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NCJ Number: 169778 Find in a Library
Title: World Factbook of Criminal Justice Systems: Venezuela
Author(s): L Salas
Corporate Author: State University of New York at Albany
School of Criminal Justice
United States of America
Date Published: 1997
Page Count: 20
Sponsoring Agency: Bureau of Justice Statistics (BJS)
Washington, DC 20531
NCJRS Photocopy Services
Rockville, MD 20849-6000
State University of New York at Albany
Albany, NY 12222
Grant Number: 90-BJ-CX-0002
Sale Source: State University of New York at Albany
School of Criminal Justice
1400 Washington Avenue
Albany, NY 12222
United States of America

NCJRS Photocopy Services
Box 6000
Rockville, MD 20849-6000
United States of America
Document: PDF
Type: Issue Overview
Language: English
Country: United States of America
Annotation: This overview of Venezuela's criminal justice system encompasses political and legal systems, the nature and extent of crime, victims, law enforcement, the prosecutorial and judicial process, the judicial system, penalties and sentencing, the prison system, and extradition and treaties.
Abstract: Venezuela is a limited democratic federal republic, and the legal system is based on a civil model largely influenced by historical European dominance. The age of criminal responsibility is 18 years. Crimes are classified according to crimes against national security, administration of justice, public order, public trust, preservation of public and private interests, the family and public morals, and civilian property. Crime statistics indicate the crime rate rose from 700 per 100,000 population in 1972 to 1,300 per 100,000 population in 1990. In 1990, 31,861 violent crimes, 184,126 property crimes, and 6,405 drug crimes were reported. Many people are victimized by crime because of fear and the perceived inability of Venezuela's criminal justice system to prevent crime. Victims do not have a role in sentencing unless they initiate the prosecution. The police force is organized according to a quasi-military hierarchy and includes urban police agencies, the National Guard, state police, and municipal and provincial police forces. Police officers are authorized to use force, stop and apprehend suspects, and conduct searches and seizures. The prosecutorial and judicial process is concerned with rights of the accused and procedures for bringing suspects to trial. The judicial system is composed of the Supreme Court, superior courts, trial courts, and special courts. Sentences are determined by trial judges, and possible penalties include fines, restitution, probation, and incarceration. Venezuela's 30 prison facilities are operated by the Ministry of Justice throughout the country, and the prison population is 40 percent over capacity. Venezuela has extradition treaties with most Latin American countries. 32 references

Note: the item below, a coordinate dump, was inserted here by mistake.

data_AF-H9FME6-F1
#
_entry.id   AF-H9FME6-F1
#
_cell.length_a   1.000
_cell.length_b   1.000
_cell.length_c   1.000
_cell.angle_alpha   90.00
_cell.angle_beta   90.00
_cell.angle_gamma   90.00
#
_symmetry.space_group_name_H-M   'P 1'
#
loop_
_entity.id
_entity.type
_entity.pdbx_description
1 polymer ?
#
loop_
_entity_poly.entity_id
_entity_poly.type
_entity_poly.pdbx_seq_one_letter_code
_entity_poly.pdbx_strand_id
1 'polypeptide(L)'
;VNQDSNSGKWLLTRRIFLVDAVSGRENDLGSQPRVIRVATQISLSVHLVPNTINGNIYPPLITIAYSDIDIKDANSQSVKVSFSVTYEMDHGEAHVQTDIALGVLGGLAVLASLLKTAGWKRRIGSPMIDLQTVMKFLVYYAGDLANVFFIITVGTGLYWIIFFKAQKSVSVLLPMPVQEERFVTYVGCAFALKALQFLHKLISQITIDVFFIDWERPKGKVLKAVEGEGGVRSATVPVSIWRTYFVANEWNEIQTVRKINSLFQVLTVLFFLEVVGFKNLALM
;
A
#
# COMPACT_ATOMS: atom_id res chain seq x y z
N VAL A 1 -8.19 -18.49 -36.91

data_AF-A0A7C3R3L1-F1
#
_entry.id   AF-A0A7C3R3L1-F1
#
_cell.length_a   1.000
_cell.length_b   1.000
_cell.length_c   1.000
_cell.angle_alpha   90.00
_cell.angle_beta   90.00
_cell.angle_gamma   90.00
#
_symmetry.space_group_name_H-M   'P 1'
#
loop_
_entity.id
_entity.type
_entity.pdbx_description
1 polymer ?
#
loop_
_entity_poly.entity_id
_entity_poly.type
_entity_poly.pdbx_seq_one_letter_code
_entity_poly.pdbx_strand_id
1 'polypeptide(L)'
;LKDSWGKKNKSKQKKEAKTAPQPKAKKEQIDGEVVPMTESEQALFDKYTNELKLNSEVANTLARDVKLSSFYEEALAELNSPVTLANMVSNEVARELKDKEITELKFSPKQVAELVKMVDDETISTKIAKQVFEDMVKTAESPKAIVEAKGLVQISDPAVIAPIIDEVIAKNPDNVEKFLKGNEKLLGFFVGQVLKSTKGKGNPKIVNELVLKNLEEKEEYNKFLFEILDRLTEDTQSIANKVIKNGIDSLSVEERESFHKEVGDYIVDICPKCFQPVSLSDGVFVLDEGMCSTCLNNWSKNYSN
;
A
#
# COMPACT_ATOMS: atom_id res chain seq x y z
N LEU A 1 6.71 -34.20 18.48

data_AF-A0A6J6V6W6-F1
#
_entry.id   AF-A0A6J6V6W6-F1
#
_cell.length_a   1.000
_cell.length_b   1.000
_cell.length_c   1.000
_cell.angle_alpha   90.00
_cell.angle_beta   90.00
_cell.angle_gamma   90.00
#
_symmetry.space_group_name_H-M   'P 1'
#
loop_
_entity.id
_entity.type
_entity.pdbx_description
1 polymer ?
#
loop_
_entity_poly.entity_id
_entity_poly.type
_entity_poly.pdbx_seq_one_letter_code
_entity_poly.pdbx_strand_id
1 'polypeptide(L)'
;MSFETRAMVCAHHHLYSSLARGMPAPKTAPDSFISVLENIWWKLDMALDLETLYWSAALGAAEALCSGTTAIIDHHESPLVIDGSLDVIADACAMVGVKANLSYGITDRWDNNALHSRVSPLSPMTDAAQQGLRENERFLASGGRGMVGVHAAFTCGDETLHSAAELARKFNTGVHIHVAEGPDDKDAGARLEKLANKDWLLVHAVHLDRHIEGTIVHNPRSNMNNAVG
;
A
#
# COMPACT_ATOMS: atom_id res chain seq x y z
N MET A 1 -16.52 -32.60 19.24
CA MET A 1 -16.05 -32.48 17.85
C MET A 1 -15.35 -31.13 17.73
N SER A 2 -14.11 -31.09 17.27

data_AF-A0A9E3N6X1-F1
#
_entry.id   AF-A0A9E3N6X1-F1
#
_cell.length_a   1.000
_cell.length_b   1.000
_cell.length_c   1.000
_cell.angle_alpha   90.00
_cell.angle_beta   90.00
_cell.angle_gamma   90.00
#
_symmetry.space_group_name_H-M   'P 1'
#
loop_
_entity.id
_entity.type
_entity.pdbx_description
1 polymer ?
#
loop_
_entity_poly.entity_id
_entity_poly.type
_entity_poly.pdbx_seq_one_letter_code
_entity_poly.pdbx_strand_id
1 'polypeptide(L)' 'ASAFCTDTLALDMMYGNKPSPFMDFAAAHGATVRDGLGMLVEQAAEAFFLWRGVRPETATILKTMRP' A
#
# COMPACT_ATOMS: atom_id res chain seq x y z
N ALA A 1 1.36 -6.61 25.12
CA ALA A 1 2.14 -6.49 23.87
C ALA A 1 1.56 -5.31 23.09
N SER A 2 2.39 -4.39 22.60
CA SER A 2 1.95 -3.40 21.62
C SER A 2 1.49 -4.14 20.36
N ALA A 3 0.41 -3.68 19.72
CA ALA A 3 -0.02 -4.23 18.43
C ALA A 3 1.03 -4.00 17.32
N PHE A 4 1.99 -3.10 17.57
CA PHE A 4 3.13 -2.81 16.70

Main Term(s): Foreign crime statistics
Index Term(s): BJS Grant-related Documents; Corrections in foreign countries; Crime in foreign countries; Drug law offenses; Extradition; Foreign correctional facilities; Foreign correctional systems; Foreign courts; Foreign criminal justice systems; Foreign judicial systems; Foreign police; Foreign sentencing; Prison overcrowding; Property crimes; Venezuela; Violent crimes
Note: US Department of Justice, Bureau of Justice Statistics, International Crime Statistics Program
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